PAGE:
There was no agreement among the second referendum group about putting an amendment down. Although support for the idea has grown markedly in the last six months, there still doesn’t seem to be a majority for it in Parliament. Labour leader Jeremy Corbyn is resistant to the idea, and even if he were to support it, several Labour politicians would be likely to vote against.
Lawmakers who represent Airbus employees have also been rattled by the statement from the aerospace giant, which directly employs 14,000 people in the U.K. and supports another 110,000 jobs in the supply chain and servicing its plants.
Mark Tami, a Labour lawmaker whose constituency includes Airbus’s wing assembly plant in Broughton, north Wales, said on Twitter that the manufacturer’s concerns illustrate why he’s opposing a no-deal Brexit, even if it makes some of his constituents angry. Darren Jones, a Labour lawmaker from Bristol whose constituency is near Airbus’s Filton plant, also said he would do everything he could to stop a no-deal Brexit.
“For Airbus to be so clear that the Prime Minister’s position is a “disgrace” is a sign that No10 really isn’t listening,” Jones said.
Taking questions in the House of Commons, Brexit Secretary Stephen Barclay said the government takes the warning from Airbus “seriously,” and that businesses require certainty over Brexit. He criticized various amendments seeking to delay the U.K.’s departure from the EU, calling on lawmakers to back May’s deal.
“Many in business regard the deal as the way of delivering certainty through the implementation period,” Barclay said. “They want a deal to avoid the uncertainty of no-deal.”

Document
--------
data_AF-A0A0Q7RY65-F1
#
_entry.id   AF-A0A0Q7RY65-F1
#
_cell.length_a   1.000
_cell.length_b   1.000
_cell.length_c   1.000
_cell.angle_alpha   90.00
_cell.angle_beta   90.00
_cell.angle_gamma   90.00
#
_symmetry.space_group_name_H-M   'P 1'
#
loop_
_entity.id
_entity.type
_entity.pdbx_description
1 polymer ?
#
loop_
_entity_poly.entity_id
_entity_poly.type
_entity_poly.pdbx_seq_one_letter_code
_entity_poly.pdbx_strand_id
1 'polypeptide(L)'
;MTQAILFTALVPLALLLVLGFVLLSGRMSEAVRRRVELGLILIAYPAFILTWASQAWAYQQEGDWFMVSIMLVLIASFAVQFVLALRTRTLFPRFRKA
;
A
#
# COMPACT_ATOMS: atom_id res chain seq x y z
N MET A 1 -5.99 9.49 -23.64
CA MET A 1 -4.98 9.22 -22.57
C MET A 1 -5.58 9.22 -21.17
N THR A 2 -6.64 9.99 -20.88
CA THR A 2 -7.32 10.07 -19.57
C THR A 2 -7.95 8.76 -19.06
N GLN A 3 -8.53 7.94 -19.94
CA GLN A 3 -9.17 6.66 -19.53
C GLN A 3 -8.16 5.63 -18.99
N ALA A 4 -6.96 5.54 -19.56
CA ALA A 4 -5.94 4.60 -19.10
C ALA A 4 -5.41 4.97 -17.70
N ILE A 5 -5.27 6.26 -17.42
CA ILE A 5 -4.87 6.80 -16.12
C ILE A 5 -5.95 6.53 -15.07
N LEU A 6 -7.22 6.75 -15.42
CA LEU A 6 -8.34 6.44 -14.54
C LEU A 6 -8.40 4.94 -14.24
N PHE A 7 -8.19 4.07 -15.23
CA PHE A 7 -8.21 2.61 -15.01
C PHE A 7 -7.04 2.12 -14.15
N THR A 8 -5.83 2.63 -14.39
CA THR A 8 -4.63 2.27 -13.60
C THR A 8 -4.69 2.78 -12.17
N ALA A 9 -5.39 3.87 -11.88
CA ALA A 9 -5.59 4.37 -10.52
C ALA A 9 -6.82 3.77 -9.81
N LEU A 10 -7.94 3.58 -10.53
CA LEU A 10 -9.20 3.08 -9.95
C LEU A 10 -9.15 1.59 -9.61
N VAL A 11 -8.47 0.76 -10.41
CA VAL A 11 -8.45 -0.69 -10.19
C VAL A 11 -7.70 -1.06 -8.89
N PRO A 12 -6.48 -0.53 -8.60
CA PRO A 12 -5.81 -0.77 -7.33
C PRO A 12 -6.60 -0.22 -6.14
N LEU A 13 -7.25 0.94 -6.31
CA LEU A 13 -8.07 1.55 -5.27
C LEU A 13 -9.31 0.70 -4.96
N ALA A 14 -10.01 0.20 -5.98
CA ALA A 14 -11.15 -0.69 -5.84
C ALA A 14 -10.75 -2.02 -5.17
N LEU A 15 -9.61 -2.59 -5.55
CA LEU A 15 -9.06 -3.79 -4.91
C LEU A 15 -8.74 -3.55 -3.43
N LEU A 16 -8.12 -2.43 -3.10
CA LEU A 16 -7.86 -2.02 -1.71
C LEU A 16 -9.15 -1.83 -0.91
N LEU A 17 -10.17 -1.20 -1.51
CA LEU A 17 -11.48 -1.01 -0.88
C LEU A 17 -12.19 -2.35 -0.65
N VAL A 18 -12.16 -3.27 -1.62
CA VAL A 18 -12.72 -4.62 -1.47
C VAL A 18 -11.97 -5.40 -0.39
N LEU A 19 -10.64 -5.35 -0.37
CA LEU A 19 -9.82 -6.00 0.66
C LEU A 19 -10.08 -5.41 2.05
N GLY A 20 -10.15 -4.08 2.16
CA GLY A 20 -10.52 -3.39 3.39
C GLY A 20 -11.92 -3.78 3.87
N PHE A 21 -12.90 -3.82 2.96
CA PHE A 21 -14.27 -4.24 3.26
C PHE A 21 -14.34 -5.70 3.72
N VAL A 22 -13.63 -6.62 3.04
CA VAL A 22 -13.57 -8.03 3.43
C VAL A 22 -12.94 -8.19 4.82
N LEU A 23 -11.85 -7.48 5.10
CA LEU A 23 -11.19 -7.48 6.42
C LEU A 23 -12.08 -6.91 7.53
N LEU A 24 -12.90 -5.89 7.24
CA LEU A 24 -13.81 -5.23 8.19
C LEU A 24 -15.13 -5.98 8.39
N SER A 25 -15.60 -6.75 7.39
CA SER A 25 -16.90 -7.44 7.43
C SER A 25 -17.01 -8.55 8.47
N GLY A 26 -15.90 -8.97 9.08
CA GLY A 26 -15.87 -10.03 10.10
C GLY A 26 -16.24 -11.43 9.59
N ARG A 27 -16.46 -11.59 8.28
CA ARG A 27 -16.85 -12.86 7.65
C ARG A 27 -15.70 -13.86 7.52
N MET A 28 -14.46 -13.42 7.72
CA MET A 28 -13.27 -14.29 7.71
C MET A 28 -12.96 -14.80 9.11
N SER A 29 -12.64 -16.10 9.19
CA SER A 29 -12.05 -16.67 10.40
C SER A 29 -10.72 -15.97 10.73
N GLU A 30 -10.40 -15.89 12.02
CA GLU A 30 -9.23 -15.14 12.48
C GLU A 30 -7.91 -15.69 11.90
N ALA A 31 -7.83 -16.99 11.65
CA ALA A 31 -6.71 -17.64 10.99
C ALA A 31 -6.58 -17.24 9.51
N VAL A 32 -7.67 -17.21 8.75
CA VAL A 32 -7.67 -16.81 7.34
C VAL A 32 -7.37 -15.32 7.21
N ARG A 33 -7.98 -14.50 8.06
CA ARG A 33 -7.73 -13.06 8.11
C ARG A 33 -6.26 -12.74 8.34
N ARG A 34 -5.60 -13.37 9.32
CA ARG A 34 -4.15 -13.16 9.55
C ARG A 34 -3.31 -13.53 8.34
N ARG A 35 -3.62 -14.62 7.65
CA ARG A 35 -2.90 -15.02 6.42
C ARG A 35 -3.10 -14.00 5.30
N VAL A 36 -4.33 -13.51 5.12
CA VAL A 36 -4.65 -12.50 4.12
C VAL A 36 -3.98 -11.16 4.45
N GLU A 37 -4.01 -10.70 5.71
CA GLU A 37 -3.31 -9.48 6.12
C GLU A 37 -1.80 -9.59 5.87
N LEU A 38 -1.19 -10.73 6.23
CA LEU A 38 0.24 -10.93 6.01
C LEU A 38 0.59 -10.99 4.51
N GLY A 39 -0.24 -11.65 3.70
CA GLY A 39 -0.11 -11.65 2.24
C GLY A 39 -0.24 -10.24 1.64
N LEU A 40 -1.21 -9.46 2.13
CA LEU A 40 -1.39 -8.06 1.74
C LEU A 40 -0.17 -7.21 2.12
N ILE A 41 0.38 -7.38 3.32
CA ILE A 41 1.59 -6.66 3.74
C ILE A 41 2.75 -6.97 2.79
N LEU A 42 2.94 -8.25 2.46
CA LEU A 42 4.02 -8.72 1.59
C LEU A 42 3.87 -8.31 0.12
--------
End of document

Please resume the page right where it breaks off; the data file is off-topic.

The mood music for May’s meeting with trade union leaders later has been set by a chilling warning from Airbus SE that they will reassess their commitment to investment and jobs in the U.K. if there’s a no-deal Brexit.
Airbus boss Tom Enders has spoken out before on the proposed divorce agreement but the timing of his comments, in which he said it was “disgrace’’ that businesses are unable to properly plan for the future and condemned the “madness’’ of Brexiteers, will add bite to today’s talks.
Unite, whose General Secretary Len McCluskey will be at the meeting with May, immediately responded and demanded that a no-deal split should be taken off the table. “Ministers and MPs must stop gambling with the futures of U.K. workers and their families,’’ it said in an email.
Steve Baker, a leading Conservative Brexiteer, criticized the Airbus statement. “Airbus could make such a constructive contribution in the interests of the U.K., the EU and themselves,” he said. “I regret they do not choose to do so time and again, despite the obvious need for change emerging across the continent.” DM